Captain America: Civil War (2016)
Directed by Joe and Anthony Russo
Nobody complains about the number of cooks in the kitchen when the meal they dish out is delectable. That’s “Captain America: Civil War” in a nutshell. In terms of size, it has the scale of an “Avengers” movie, without the name in the title. But that’s not a bad thing. Directors Joe and Anthony Russo might have thought they were pushing their luck stuffing their second “Captain America” movie (after they helmed 2014’s “The Winter Soldier”) with so many superheroes—a baker’s dozen, including a few who make their Marvel Cinematic Universe introductions. Lucky for them, it was a recipe for success.
Hydra super-soldier Bucky Barnes (Sebastian Stan), an old Army buddy of Captain America (Chris Evans), is on the run after he commits a horrendous crime at the United Nations. Might it have something to do with the agreement being signed by a majority of the Avengers—including Iron Man (Robert Downey, Jr.), Black Widow (Scarlett Johansson), and Vision (Paul Bettany)—that gives oversight powers over the super-group to a UN council, to ensure the Avengers minimize their collateral damage? Probably. At any rate, Cap sides with his old friend, and brings along other rebels Hawkeye (Jeremy Renner), Scarlet Witch (Elizabeth Olsen), and Falcon (Anthony Mackie)—along with Ant-Man (Paul Rudd) and Spider-Man (Tom Holland)—to help him protect Bucky and hopefully clear his name. But there are other bad guys, like Zemo (Daniel Bruhl), who are set on capitalizing on the divided Avengers to cause mass chaos.
Except, that mass chaos isn’t very…chaotic. It seems screenwriters Stephen McFeely and Christopher Markus (“The Chronicles of Narnia,” “Pain and Gain”) chose to ignore that plotline in favor of the internal battle in the film’s title. Forgivable, but no less a mistake. The characteristically simple script (characteristic because McFeely and Markus also penned “The Winter Soldier” and “Thor: The Dark World”) doesn’t do itself any favors. The first half of “Civil War” (a half comprised of 70 minutes) is full of ashamed, self-righteous superheroes inviting us to pity them. I didn’t buy the sentimentality. It’s a sad step back from the punch-first-talk-later jumpstarted first scene in “Avengers: Age of Ultron” a year ago. In “Civil War,” we’re just waiting for some real butt-kicking. Eventually, thankfully, we do get it.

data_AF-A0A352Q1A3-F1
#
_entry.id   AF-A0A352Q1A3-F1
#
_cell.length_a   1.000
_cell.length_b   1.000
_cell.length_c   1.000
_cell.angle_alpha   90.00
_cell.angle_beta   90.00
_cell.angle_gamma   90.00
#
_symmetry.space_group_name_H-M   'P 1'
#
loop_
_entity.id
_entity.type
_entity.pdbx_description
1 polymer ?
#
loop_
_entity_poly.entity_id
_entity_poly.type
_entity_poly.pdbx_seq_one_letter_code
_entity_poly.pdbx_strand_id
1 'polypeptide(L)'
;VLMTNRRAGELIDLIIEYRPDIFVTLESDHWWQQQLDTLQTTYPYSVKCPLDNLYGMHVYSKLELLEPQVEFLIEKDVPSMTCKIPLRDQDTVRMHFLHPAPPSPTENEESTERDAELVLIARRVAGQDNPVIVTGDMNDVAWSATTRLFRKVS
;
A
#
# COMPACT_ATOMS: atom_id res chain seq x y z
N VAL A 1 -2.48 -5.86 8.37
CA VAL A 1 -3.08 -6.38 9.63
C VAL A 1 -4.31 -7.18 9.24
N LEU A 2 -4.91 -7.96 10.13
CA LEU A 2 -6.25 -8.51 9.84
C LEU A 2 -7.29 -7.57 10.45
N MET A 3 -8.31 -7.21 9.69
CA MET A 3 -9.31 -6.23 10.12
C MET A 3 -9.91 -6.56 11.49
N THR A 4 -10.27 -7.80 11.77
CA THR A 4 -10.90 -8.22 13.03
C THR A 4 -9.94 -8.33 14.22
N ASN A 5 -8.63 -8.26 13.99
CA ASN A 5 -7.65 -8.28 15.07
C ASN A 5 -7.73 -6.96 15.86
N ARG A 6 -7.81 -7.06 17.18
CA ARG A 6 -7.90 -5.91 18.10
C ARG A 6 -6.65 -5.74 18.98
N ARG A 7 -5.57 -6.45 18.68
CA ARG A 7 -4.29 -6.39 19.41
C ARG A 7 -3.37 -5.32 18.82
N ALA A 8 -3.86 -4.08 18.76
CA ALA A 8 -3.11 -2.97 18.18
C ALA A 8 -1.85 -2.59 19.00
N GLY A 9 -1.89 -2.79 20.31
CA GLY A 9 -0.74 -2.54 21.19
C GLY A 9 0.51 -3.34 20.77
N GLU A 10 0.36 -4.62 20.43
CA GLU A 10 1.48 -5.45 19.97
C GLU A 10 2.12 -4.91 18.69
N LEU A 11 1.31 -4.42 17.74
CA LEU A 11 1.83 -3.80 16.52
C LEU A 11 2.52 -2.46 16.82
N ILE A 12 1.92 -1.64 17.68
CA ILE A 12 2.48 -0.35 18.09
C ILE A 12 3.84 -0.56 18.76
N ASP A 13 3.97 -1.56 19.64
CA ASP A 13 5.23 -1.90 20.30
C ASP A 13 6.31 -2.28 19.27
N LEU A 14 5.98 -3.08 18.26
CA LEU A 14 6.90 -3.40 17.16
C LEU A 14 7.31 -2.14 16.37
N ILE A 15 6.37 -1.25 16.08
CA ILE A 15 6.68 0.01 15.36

Pulling from a cast list as long as my arm, there’s no bad place to start. If you’re taking clues from the trailer, you might be led to believe Spider-Man’s entrance is a pivotal moment. That’d be a mistake. Really, he arrives on the scene at a lull in the action. The weak applause in the theater seemed obligatory, unenthusiastic. Even so, Tom Holland pumps everyone up for the return to Spidey in 2017. The chatty teen is a refreshing change of pace from the bummers that had spent the first half of the movie arguing. Another newcomer is Black Panther, played with catty fervor by new-on-the-scene black-biopic go-to Chadwick Boseman (“42,” “Get One Up”). I’m less excited about his spin-off, slated for 2018, and I wonder if he can hold a movie by himself (unless he’s surrounded by all of these new friends), but in his small role here he’s a welcome addition. Ironically, the star with perhaps the most Vision for where he wants his superhero to go is Paul Bettany. Not once in either his debut in “Avengers: Age of Ultron” or here has he slipped character or acted inconsistent with his character’s principles. On the other hand, his friend Scarlet Witch, played by Elizabeth Olsen, slips in and out of an already-shoddy Russian accent. She reminds us that these movies are more about action than acting. That’s okay. When it comes to the big showdown, a buffet of delicious action of all sorts, you forget about the rest. Too many cooks? No such thing when the Avengers are on the scene.